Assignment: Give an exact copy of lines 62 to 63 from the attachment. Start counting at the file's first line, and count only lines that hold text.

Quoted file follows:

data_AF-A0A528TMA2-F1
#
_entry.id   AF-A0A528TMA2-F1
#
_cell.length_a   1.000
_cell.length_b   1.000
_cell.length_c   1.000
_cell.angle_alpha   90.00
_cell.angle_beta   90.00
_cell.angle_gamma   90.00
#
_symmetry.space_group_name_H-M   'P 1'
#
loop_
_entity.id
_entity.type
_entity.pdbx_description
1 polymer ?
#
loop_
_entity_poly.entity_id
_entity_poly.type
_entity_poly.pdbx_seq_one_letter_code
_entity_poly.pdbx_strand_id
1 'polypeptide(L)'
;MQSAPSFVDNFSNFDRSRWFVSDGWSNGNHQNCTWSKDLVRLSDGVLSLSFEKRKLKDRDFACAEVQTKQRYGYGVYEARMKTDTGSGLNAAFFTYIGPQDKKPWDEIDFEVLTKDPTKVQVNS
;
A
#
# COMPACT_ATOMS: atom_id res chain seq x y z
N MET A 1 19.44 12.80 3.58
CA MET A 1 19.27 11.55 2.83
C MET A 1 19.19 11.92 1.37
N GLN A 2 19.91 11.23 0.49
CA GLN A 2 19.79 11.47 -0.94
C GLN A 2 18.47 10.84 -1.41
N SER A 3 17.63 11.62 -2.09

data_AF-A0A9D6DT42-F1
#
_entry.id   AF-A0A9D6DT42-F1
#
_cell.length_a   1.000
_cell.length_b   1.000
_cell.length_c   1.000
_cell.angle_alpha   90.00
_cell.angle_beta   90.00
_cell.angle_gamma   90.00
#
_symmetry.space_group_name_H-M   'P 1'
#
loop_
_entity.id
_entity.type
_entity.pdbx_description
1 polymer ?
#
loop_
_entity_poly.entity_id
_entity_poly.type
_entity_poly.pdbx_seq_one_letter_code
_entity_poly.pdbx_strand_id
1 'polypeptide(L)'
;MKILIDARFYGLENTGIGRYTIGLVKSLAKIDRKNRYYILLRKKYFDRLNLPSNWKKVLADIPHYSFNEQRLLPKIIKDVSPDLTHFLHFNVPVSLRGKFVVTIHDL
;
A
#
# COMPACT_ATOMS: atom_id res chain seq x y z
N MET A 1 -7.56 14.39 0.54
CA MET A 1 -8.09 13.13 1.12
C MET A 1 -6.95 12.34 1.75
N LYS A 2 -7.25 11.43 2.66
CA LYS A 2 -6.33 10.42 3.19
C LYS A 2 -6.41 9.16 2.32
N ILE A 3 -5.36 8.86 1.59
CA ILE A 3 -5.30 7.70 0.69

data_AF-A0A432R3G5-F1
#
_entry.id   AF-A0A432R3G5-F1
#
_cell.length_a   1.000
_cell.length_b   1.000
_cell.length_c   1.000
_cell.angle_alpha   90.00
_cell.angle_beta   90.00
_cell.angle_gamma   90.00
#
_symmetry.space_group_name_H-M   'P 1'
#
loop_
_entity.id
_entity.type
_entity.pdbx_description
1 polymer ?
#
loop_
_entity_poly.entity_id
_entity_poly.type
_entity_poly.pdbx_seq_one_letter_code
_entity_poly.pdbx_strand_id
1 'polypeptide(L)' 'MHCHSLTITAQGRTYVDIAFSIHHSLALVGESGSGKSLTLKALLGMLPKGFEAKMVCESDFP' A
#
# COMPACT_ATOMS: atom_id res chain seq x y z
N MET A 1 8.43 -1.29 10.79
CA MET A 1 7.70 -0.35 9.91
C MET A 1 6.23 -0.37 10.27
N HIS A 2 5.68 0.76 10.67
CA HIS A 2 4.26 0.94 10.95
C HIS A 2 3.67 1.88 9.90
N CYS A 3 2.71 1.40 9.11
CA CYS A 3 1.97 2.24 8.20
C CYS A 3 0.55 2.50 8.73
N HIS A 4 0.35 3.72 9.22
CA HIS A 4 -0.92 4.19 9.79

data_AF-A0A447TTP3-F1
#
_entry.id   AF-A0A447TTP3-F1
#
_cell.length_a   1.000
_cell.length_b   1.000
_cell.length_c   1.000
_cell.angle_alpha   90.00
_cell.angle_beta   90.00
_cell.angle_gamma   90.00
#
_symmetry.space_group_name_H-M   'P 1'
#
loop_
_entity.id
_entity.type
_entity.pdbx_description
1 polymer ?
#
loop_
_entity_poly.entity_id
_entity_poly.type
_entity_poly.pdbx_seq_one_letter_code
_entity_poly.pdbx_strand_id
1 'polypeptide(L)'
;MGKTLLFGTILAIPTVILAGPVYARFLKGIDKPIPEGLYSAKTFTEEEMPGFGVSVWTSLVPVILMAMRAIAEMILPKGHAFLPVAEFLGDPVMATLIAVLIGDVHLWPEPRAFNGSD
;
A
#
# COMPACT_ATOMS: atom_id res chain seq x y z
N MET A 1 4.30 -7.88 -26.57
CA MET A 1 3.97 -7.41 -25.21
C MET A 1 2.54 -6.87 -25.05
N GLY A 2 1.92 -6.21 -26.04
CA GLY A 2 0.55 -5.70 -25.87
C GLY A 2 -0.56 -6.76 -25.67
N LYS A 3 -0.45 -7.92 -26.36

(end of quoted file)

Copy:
1 'polypeptide(L)'
;MKILIDARFYGLENTGIGRYTIGLVKSLAKIDRKNRYYILLRKKYFDRLNLPSNWKKVLADIPHYSFNEQRLLPKIIKDVSPDLTHFLHFNVPVSLRGKFVVTIHDL